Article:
Federal regulations require public drinking water to be regularly tested for a long list of potential contaminants. But as Brian Grimmett of the Kansas News Service reports, owners of private wells test -- or don’t test -- what they want. And some experts say that’s unnecessarily risking the health of more than 150 thousand Kansans.
New research from Kansas State University shows that groundwater quality in the Great Bend Aquifer in south-central Kansas rates far worse today than 30 years ago. The main culprit is a dramatic increase in the amount of nitrate. It’s a byproduct of the Green Revolution of the 1960s that turbo-charged modern farming toward greater yields, especially the use of chemical fertilizers.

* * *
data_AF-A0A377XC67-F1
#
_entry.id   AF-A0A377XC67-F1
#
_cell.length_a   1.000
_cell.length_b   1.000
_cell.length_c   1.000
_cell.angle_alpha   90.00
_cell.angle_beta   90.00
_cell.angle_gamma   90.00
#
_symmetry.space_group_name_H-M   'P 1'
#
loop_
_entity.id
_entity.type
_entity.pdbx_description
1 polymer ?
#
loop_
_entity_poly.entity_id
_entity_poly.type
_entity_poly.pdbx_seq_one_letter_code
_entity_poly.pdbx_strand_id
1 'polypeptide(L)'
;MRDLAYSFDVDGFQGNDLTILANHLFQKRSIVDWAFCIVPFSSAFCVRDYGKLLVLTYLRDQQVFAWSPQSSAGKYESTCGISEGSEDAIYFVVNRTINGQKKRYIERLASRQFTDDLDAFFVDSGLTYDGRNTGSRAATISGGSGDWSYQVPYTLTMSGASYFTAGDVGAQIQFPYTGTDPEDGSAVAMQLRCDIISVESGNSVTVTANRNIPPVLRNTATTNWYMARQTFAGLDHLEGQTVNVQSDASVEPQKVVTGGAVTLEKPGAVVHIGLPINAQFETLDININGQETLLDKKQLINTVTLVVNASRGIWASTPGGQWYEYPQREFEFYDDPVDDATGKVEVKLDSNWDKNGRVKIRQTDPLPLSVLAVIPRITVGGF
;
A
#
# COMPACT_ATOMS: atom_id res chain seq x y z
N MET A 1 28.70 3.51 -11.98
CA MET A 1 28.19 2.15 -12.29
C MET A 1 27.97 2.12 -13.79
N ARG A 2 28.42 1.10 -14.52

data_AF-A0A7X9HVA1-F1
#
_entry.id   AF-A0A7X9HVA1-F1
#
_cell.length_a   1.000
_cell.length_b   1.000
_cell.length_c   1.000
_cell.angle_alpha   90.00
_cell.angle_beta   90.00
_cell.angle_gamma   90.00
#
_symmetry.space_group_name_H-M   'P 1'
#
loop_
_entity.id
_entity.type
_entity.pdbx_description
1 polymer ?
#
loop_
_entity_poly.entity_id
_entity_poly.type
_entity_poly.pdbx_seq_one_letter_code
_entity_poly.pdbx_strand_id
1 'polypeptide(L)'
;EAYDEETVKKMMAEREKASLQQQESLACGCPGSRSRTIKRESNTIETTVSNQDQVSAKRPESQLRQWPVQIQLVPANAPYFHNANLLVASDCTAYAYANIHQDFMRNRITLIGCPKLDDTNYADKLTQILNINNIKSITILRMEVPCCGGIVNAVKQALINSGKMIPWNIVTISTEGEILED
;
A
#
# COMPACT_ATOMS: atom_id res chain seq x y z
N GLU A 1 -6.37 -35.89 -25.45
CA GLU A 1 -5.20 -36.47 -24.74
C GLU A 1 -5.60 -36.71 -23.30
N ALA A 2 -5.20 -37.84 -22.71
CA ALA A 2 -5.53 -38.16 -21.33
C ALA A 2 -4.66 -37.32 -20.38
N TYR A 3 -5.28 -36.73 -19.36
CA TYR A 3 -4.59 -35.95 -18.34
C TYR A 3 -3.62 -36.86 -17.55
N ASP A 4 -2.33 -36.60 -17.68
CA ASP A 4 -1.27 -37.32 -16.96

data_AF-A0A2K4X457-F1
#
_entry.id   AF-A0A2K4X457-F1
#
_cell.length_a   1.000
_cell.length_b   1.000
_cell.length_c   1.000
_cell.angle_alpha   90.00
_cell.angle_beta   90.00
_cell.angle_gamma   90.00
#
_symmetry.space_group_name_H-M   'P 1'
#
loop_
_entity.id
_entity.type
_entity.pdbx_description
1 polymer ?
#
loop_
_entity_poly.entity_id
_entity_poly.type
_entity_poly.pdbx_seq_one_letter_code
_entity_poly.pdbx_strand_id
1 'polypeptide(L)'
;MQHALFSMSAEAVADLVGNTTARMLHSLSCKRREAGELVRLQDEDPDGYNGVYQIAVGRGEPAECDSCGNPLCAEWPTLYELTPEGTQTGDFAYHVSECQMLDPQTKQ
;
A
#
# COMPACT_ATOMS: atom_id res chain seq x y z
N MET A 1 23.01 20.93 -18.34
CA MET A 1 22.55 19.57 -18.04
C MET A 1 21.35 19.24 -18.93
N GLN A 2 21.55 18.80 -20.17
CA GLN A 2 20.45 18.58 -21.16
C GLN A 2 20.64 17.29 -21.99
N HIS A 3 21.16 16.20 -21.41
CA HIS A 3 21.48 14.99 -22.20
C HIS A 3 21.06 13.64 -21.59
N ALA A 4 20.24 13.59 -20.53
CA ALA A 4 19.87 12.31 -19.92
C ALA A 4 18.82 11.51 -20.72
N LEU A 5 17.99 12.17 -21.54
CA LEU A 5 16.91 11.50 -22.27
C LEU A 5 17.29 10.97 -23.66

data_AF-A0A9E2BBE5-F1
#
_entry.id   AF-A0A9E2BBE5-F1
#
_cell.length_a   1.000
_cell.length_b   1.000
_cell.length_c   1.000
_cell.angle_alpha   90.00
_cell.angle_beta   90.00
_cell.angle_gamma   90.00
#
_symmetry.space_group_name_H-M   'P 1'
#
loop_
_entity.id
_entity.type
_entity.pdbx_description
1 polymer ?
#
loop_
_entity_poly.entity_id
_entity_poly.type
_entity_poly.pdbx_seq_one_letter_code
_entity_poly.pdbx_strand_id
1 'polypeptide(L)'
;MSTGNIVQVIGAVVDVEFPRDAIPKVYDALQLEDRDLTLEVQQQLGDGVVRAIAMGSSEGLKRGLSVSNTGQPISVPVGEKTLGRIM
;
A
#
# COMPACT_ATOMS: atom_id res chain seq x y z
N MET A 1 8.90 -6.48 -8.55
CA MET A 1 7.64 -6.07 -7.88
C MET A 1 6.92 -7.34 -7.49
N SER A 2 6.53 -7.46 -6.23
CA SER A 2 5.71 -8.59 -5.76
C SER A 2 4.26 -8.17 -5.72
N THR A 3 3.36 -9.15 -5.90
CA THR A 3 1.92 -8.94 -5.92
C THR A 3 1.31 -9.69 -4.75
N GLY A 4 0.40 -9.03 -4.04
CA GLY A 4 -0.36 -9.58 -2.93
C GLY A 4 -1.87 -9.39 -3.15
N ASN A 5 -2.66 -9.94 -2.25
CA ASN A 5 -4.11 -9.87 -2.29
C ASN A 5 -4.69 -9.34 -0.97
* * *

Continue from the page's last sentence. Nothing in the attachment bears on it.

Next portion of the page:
Farmers learned that soil laced with extra nitrogen could squeeze more bushels from an acre of land. But not all that nitrogen stays put or gets absorbed in wheat, corn, sorghum and soybeans. Some runs off into streams, or trickles into underground reservoirs. “The change that we see is comparable to the most extreme change measured by a nationwide study,” Matthew Kirk, associate professor of geology at Kansas State University, said. “So this is a pretty big increase in nitrate.” Read more about this story.